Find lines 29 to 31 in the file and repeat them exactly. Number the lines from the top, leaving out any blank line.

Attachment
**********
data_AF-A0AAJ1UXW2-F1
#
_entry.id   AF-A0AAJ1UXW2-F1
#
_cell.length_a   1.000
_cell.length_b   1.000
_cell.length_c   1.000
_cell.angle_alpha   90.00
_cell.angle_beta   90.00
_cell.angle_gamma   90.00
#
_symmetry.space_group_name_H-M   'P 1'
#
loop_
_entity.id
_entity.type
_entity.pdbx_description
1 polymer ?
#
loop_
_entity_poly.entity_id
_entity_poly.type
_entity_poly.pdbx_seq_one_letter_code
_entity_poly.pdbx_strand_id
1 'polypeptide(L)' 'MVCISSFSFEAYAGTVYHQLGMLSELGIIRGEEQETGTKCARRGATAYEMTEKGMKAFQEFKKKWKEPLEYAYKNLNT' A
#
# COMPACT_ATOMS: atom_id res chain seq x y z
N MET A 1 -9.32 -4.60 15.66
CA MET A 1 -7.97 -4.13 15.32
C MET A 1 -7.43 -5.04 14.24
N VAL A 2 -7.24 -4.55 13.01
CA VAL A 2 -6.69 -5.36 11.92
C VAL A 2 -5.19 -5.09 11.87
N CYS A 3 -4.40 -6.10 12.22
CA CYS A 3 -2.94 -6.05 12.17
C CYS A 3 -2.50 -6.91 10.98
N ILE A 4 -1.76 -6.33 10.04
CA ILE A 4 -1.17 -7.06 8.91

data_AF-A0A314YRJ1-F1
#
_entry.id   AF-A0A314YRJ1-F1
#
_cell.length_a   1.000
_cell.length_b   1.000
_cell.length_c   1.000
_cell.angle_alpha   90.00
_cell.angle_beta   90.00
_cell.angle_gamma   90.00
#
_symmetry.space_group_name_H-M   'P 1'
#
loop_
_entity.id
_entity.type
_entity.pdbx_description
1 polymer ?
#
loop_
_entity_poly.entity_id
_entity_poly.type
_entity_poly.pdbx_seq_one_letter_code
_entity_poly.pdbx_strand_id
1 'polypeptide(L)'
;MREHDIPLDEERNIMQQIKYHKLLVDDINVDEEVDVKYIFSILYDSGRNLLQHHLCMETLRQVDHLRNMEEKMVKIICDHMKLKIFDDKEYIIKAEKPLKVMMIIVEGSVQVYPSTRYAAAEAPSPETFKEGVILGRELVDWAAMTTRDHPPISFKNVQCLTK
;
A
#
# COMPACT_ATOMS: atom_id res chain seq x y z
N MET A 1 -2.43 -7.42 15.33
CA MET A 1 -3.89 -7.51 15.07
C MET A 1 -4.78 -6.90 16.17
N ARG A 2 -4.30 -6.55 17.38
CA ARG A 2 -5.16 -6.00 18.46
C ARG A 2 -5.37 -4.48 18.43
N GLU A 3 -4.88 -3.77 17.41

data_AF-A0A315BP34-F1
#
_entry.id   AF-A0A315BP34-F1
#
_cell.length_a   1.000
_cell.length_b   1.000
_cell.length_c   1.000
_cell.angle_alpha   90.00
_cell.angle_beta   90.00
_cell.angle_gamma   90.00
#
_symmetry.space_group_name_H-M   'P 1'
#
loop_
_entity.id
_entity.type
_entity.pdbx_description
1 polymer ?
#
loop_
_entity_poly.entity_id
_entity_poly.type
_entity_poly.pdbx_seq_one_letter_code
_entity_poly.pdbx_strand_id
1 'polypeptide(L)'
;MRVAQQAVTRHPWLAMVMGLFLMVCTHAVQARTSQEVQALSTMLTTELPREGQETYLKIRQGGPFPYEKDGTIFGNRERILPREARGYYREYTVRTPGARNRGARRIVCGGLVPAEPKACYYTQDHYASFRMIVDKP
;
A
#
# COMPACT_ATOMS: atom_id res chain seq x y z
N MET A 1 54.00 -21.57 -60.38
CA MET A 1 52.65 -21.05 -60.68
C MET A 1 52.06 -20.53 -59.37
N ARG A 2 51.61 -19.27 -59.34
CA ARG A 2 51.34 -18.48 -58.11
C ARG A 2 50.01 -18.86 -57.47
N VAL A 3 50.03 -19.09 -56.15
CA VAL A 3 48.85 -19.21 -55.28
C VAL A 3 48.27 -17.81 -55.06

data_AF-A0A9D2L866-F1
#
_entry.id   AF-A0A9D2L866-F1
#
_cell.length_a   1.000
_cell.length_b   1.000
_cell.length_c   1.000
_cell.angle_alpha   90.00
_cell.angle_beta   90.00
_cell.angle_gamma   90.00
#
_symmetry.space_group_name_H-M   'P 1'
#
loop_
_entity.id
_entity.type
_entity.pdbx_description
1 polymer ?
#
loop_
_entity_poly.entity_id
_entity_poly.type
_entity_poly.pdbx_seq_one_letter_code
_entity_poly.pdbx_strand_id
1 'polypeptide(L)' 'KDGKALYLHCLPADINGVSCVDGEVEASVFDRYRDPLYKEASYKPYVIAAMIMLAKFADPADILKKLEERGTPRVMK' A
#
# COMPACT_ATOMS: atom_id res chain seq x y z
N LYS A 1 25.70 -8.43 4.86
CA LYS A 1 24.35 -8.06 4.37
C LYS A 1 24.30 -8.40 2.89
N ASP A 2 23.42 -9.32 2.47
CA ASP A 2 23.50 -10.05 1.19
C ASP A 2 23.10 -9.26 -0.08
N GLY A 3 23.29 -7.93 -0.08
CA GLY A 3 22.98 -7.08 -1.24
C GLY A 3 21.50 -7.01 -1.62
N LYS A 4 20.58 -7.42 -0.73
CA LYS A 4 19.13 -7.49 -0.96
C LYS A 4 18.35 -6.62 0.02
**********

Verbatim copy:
CA MET A 1 -7.97 -4.13 15.32
C MET A 1 -7.43 -5.04 14.24
N VAL A 2 -7.24 -4.55 13.01